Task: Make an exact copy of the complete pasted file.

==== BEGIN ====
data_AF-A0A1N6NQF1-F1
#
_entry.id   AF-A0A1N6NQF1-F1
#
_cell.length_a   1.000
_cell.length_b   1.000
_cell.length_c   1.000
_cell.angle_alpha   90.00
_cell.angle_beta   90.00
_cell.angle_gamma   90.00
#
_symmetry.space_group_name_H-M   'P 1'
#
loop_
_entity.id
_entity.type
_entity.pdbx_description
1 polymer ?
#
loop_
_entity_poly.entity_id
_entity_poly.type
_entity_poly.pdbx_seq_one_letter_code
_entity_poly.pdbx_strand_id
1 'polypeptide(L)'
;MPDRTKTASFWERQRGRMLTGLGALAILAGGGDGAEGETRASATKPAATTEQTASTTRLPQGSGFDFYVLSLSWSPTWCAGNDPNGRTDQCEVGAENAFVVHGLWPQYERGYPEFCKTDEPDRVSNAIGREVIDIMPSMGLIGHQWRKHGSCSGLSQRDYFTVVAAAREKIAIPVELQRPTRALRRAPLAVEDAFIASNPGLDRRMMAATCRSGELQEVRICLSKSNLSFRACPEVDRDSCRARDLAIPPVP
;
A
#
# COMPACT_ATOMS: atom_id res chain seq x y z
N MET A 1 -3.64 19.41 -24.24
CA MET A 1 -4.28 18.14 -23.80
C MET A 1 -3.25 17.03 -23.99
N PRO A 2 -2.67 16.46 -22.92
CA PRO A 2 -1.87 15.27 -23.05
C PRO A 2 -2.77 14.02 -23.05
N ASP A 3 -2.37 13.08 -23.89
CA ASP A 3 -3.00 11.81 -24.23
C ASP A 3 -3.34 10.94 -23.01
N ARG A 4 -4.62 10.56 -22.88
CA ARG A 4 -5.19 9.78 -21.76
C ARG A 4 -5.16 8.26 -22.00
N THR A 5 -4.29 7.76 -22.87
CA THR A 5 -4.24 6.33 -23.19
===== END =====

data_AF-A0A1N6NQF1-F1
#
_entry.id   AF-A0A1N6NQF1-F1
#
_cell.length_a   1.000
_cell.length_b   1.000
_cell.length_c   1.000
_cell.angle_alpha   90.00
_cell.angle_beta   90.00
_cell.angle_gamma   90.00
#
_symmetry.space_group_name_H-M   'P 1'
#
loop_
_entity.id
_entity.type
_entity.pdbx_description
1 polymer ?
#
loop_
_entity_poly.entity_id
_entity_poly.type
_entity_poly.pdbx_seq_one_letter_code
_entity_poly.pdbx_strand_id
1 'polypeptide(L)'
;MPDRTKTASFWERQRGRMLTGLGALAILAGGGDGAEGETRASATKPAATTEQTASTTRLPQGSGFDFYVLSLSWSPTWCAGNDPNGRTDQCEVGAENAFVVHGLWPQYERGYPEFCKTDEPDRVSNAIGREVIDIMPSMGLIGHQWRKHGSCSGLSQRDYFTVVAAAREKIAIPVELQRPTRALRRAPLAVEDAFIASNPGLDRRMMAATCRSGELQEVRICLSKSNLSFRACPEVDRDSCRARDLAIPPVP
;
A
#
# COMPACT_ATOMS: atom_id res chain seq x y z
N MET A 1 -3.64 19.41 -24.24
CA MET A 1 -4.28 18.14 -23.80
C MET A 1 -3.25 17.03 -23.99
N PRO A 2 -2.67 16.46 -22.92
CA PRO A 2 -1.87 15.27 -23.05
C PRO A 2 -2.77 14.02 -23.05
N ASP A 3 -2.37 13.08 -23.89
CA ASP A 3 -3.00 11.81 -24.23
C ASP A 3 -3.34 10.94 -23.01
N ARG A 4 -4.62 10.56 -22.88
CA ARG A 4 -5.19 9.78 -21.76
C ARG A 4 -5.16 8.26 -22.00
N THR A 5 -4.29 7.76 -22.87
CA THR A 5 -4.24 6.33 -23.19